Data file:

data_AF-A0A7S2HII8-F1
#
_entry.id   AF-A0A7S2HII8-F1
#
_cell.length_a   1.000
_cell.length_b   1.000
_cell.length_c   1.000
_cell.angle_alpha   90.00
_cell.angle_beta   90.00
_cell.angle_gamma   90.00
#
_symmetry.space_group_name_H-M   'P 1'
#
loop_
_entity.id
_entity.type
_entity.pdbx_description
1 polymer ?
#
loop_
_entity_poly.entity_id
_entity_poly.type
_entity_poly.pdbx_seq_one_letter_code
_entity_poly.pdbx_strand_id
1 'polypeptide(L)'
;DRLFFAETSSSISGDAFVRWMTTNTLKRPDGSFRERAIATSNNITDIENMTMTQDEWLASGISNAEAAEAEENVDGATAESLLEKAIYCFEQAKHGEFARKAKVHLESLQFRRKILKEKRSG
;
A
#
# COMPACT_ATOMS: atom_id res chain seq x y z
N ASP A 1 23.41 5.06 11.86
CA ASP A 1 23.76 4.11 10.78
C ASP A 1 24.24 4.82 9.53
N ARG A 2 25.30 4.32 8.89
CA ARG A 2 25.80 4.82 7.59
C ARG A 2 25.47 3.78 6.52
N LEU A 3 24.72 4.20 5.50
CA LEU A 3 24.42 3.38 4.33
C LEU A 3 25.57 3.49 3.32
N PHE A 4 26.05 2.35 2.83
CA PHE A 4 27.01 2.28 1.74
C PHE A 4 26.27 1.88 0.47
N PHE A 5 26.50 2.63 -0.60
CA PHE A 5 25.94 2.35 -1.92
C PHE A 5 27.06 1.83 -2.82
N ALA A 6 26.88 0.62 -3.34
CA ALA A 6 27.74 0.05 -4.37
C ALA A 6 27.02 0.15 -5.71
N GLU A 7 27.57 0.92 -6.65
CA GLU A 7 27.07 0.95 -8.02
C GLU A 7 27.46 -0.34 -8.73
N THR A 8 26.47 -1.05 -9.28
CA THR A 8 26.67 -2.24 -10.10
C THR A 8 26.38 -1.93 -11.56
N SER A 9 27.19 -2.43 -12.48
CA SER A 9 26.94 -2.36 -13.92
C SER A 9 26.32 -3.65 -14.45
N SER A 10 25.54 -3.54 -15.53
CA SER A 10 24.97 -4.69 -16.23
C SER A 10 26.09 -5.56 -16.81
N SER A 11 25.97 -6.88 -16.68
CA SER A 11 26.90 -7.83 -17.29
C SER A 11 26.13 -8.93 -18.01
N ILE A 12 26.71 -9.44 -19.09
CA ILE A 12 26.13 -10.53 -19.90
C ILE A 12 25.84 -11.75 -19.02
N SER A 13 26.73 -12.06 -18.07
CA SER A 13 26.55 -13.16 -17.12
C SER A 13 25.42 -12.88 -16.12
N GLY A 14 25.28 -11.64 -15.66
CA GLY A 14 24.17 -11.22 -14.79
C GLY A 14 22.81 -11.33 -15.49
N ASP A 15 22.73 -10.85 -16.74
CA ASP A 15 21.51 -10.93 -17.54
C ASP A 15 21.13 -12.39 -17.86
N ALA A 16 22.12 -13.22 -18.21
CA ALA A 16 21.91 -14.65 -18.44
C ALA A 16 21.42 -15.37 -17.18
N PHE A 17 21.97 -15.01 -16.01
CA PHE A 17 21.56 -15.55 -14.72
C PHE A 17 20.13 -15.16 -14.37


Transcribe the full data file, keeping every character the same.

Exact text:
data_AF-A0A7S2HII8-F1
#
_entry.id   AF-A0A7S2HII8-F1
#
_cell.length_a   1.000
_cell.length_b   1.000
_cell.length_c   1.000
_cell.angle_alpha   90.00
_cell.angle_beta   90.00
_cell.angle_gamma   90.00
#
_symmetry.space_group_name_H-M   'P 1'
#
loop_
_entity.id
_entity.type
_entity.pdbx_description
1 polymer ?
#
loop_
_entity_poly.entity_id
_entity_poly.type
_entity_poly.pdbx_seq_one_letter_code
_entity_poly.pdbx_strand_id
1 'polypeptide(L)'
;DRLFFAETSSSISGDAFVRWMTTNTLKRPDGSFRERAIATSNNITDIENMTMTQDEWLASGISNAEAAEAEENVDGATAESLLEKAIYCFEQAKHGEFARKAKVHLESLQFRRKILKEKRSG
;
A
#
# COMPACT_ATOMS: atom_id res chain seq x y z
N ASP A 1 23.41 5.06 11.86
CA ASP A 1 23.76 4.11 10.78
C ASP A 1 24.24 4.82 9.53
N ARG A 2 25.30 4.32 8.89
CA ARG A 2 25.80 4.82 7.59
C ARG A 2 25.47 3.78 6.52
N LEU A 3 24.72 4.20 5.50
CA LEU A 3 24.42 3.38 4.33
C LEU A 3 25.57 3.49 3.32
N PHE A 4 26.05 2.35 2.83
CA PHE A 4 27.01 2.28 1.74
C PHE A 4 26.27 1.88 0.47
N PHE A 5 26.50 2.63 -0.60
CA PHE A 5 25.94 2.35 -1.92
C PHE A 5 27.06 1.83 -2.82
N ALA A 6 26.88 0.62 -3.34
CA ALA A 6 27.74 0.05 -4.37
C ALA A 6 27.02 0.15 -5.71
N GLU A 7 27.57 0.92 -6.65
CA GLU A 7 27.07 0.95 -8.02
C GLU A 7 27.46 -0.34 -8.73
N THR A 8 26.47 -1.05 -9.28
CA THR A 8 26.67 -2.24 -10.10
C THR A 8 26.38 -1.93 -11.56
N SER A 9 27.19 -2.43 -12.48
CA SER A 9 26.94 -2.36 -13.92
C SER A 9 26.32 -3.65 -14.45
N SER A 10 25.54 -3.54 -15.53
CA SER A 10 24.97 -4.69 -16.23
C SER A 10 26.09 -5.56 -16.81
N SER A 11 25.97 -6.88 -16.68
CA SER A 11 26.90 -7.83 -17.29
C SER A 11 26.13 -8.93 -18.01
N ILE A 12 26.71 -9.44 -19.09
CA ILE A 12 26.13 -10.53 -19.90
C ILE A 12 25.84 -11.75 -19.02
N SER A 13 26.73 -12.06 -18.07
CA SER A 13 26.55 -13.16 -17.12
C SER A 13 25.42 -12.88 -16.12
N GLY A 14 25.28 -11.64 -15.66
CA GLY A 14 24.17 -11.22 -14.79
C GLY A 14 22.81 -11.33 -15.49
N ASP A 15 22.73 -10.85 -16.74
CA ASP A 15 21.51 -10.93 -17.54
C ASP A 15 21.13 -12.39 -17.86
N ALA A 16 22.12 -13.22 -18.21
CA ALA A 16 21.91 -14.65 -18.44
C ALA A 16 21.42 -15.37 -17.18
N PHE A 17 21.97 -15.01 -16.01
CA PHE A 17 21.56 -15.55 -14.72
C PHE A 17 20.13 -15.16 -14.37